Case study

Postgraduate student — Louise Norman

Following her degree in education studies, Louise decided to do a Masters in psychology. Find out what led her to this decision and what she hopes to do next

Why did you decide to do a Masters in psychology?

During my education studies degree, which I studied at the University of Gloucestershire, I really enjoyed the psychology modules. Towards the end of my degree I decided that I wanted to undertake further study at postgraduate level.

Having considered different courses, including a MEd, and seeking advice from tutors and the psychology course leader, I concluded that a Masters in psychology was the right course for me. The modules looked interesting and it seemed the best fit for my needs as an individual, alongside being the most appropriate course for my next career move.

I feel excited when I discover that I understand a lecture because I learned about a similar topic in my undergraduate degree

How relevant is your education studies degree?

As a mature student I had previously worked as a qualified teaching assistant, which meant that I had some training. Most of my work was with children with special educational needs (SEN), ranging from behavioural difficulties to autism. My education studies degree gave me a broader comprehension of how and why the children I'd worked with behaved as they did.

My original thoughts were to obtain qualified teacher status (QTS) following my degree and apply to become an SEN coordinator. However, during my course I found that I enjoyed research and so wanted to develop further academically. I felt that I was not yet ready to give up studying.

Consequently, my degree has provided the opportunity for me to take up the challenge of postgraduate study and broadened my view on other possible careers.

What does your Masters course involve?

My Masters is a full-time, one year programme. The course itself is extremely pressured as there's a large amount of reading and preparation for assignments. In comparison with undergraduate study, there are more lectures per week and the workload is heavier.

It's been a huge learning curve because on top of the actual work, it feels as if I have to learn a new language called psychology. So far, however, I'm thoroughly enjoying it.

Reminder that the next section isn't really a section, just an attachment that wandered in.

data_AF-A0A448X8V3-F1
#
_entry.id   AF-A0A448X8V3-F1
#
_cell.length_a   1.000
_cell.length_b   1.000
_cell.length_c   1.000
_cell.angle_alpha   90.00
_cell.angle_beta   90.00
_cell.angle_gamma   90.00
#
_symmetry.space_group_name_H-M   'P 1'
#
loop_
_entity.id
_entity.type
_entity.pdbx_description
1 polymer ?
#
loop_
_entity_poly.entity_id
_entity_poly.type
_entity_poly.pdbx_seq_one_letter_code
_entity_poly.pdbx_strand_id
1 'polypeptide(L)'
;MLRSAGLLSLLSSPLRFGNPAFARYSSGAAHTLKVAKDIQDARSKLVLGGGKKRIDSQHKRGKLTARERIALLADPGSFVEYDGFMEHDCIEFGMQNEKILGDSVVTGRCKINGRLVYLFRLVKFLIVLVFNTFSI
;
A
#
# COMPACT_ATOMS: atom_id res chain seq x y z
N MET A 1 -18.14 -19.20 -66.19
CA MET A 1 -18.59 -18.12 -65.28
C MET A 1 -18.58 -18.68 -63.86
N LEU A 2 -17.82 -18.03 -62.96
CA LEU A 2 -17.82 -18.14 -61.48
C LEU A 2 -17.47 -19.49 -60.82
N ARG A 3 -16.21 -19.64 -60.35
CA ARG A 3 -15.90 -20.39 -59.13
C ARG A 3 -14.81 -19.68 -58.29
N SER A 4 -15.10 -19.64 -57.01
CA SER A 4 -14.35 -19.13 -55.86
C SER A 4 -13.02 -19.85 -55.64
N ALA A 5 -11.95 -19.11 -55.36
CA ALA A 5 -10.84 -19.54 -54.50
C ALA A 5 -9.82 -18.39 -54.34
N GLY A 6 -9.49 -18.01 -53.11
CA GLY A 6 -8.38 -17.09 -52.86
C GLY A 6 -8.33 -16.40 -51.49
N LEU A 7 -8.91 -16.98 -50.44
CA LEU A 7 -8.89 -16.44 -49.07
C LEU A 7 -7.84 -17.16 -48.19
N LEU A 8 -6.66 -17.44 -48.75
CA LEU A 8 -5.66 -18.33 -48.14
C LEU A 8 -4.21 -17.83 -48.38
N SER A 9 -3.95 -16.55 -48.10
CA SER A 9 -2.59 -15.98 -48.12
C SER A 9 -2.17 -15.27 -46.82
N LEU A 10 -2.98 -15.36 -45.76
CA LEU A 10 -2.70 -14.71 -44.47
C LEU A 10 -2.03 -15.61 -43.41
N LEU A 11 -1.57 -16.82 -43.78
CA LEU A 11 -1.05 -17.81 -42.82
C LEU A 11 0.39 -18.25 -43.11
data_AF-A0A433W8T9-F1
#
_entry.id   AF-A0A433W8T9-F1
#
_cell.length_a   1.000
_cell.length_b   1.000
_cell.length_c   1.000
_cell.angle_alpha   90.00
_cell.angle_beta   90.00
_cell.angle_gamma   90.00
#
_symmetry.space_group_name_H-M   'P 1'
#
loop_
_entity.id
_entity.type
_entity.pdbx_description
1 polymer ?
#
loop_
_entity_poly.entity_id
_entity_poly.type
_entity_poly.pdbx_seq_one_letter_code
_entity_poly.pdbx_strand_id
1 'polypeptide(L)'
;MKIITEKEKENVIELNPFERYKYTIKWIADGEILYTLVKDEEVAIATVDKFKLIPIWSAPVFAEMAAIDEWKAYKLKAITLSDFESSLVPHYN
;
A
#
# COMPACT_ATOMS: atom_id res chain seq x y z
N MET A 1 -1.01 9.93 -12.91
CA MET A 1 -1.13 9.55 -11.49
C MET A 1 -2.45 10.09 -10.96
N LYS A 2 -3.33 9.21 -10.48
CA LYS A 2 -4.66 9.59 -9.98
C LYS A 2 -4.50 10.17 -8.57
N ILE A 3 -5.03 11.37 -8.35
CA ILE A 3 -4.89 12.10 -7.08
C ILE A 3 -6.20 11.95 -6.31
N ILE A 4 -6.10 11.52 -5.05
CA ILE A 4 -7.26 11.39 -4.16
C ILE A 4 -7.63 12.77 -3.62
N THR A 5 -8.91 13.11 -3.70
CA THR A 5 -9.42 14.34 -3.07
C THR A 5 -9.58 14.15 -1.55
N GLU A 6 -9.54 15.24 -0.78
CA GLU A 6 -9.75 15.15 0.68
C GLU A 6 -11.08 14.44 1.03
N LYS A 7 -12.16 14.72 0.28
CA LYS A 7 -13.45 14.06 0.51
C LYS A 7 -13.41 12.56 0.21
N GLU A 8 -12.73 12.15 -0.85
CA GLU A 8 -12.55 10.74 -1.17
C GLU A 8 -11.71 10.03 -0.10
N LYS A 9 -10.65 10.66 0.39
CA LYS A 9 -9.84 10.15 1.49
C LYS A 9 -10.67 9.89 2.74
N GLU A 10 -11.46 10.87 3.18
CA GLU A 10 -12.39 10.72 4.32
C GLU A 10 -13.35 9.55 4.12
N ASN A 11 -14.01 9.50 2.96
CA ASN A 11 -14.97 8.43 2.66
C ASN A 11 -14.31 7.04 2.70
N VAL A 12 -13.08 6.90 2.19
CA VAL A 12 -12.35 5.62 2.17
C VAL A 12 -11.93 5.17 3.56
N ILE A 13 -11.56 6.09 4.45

What do you enjoy about Masters study?

I particularly enjoy learning and researching new topics, consequently expanding my knowledge. I also feel excited when I discover that I understand a lecture because I learned about a similar topic in my undergraduate degree.

What are the challenges?

There's a lot of work and I'm concerned about time constraints. Due to being a mature student and a mother of three, my biggest challenge is to divide my time between studying and family life, ensuring that I have time reserved just in case I need to deal with an issue at home or support my children with their studying.

How essential is your Masters to getting a job?

Very. For my next career move, whichever direction I choose, I will need an MSc Psychology.

Where do you hope to be in five years?

I haven't decided what career I plan to go into yet. I'm taking it a step at a time and will consider my options on the way.

What are your top tips for studying a Masters?

Go with a course that you feel comfortable with and a subject you enjoy.

Never be afraid to ask for help. Don't struggle on in silence. People would rather know that you need help.

Finally, it's ok to change your mind. Planning is good, but if it turns out that your plans are not your dream there's no shame in changing your mind and doing something else.

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